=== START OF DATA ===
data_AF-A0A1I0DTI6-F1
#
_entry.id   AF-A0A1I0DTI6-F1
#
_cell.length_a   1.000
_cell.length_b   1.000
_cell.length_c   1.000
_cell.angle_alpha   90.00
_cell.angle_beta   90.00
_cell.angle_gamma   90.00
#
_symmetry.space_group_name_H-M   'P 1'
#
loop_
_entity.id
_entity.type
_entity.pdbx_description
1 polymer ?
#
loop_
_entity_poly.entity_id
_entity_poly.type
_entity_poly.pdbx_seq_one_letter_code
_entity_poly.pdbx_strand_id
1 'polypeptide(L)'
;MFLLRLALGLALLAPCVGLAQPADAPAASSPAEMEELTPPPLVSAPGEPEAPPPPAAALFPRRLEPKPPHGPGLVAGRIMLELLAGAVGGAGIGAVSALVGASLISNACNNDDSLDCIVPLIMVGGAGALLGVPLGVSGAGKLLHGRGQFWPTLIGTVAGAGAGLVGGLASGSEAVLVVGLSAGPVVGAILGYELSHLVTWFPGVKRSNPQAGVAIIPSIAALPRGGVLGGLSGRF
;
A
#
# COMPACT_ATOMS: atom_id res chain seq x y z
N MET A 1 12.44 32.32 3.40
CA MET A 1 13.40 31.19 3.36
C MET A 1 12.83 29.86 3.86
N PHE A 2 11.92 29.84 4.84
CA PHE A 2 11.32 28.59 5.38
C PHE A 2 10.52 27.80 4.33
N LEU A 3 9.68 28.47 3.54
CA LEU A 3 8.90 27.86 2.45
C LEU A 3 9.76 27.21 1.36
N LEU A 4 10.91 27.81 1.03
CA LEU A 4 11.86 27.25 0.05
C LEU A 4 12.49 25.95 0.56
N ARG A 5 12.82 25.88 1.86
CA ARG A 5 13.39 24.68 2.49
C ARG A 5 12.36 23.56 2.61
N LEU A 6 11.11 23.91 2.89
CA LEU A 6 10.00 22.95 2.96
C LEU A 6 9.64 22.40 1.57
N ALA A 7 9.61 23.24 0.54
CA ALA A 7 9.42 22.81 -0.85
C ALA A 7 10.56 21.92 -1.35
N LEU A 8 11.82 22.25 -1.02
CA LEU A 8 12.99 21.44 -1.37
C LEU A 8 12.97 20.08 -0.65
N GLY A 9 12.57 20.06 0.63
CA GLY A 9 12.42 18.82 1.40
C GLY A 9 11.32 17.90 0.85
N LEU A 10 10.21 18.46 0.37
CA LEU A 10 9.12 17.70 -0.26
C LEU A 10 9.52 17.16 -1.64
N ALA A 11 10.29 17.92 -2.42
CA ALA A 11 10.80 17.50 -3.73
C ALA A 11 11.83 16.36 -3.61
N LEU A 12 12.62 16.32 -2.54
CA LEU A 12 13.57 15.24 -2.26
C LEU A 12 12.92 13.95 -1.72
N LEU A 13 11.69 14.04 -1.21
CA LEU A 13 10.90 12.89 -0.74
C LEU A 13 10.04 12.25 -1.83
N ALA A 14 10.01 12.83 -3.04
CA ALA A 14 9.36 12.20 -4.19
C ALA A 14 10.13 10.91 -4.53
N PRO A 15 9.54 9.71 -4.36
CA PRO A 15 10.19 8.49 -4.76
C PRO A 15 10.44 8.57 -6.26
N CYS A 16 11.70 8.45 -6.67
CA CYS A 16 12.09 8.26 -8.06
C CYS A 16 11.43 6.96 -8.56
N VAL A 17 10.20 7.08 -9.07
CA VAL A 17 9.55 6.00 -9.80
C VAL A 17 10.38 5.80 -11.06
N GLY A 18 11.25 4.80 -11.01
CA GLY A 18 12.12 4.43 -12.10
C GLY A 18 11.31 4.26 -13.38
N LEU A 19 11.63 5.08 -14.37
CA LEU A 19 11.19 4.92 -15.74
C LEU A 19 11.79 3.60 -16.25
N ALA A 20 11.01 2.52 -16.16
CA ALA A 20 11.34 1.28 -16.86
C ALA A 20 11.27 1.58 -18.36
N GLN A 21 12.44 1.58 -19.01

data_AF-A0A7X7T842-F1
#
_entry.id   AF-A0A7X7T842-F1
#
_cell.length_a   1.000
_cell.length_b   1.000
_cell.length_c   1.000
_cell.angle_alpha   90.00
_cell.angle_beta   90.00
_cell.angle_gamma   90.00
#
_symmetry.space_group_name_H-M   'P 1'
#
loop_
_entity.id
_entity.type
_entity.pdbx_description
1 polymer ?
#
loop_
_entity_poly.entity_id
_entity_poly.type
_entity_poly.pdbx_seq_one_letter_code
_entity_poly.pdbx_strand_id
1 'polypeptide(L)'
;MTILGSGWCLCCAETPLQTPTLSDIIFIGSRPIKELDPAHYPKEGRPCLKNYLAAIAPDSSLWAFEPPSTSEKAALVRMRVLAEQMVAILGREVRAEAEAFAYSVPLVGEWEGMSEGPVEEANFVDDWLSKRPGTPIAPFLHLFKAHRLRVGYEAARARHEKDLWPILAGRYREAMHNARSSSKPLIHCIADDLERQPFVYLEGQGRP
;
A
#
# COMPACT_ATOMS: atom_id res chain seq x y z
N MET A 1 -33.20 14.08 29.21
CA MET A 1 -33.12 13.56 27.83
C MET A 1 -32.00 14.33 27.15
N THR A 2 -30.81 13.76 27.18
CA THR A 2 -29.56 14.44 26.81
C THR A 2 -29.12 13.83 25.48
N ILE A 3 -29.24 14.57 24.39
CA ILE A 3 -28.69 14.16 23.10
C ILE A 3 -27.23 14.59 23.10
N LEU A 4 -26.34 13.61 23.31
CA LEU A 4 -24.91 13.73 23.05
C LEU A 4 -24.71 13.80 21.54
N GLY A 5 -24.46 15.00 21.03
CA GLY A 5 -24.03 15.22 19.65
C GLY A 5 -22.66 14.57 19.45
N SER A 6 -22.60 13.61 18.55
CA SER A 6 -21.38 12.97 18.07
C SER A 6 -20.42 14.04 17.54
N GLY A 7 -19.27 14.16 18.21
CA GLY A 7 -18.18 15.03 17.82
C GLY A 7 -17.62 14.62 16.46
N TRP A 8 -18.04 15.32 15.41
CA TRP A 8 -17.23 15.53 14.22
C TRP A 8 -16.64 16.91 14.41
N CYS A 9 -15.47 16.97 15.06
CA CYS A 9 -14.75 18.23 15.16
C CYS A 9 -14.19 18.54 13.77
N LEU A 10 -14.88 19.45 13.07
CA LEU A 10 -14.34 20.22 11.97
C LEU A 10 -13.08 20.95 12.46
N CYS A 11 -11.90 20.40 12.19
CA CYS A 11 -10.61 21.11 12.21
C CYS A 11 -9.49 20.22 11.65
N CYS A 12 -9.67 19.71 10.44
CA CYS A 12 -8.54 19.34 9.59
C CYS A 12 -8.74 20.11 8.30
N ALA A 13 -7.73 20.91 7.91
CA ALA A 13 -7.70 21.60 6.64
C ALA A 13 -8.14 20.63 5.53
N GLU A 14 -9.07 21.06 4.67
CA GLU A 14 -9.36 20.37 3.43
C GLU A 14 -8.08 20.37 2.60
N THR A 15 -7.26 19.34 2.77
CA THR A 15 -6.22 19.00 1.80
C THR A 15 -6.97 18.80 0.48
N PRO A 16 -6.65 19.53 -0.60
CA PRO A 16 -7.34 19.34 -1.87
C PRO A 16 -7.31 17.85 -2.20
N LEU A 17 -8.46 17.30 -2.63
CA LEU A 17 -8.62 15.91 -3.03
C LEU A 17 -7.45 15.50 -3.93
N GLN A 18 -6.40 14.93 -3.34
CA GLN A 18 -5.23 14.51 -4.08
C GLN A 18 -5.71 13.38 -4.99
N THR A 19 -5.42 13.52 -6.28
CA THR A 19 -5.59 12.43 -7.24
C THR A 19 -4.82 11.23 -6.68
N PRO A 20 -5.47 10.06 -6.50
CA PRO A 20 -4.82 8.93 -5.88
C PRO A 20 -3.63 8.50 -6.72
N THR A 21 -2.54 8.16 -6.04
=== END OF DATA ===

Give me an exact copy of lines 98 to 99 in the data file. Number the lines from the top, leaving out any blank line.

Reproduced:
_cell.length_c   1.000
_cell.angle_alpha   90.00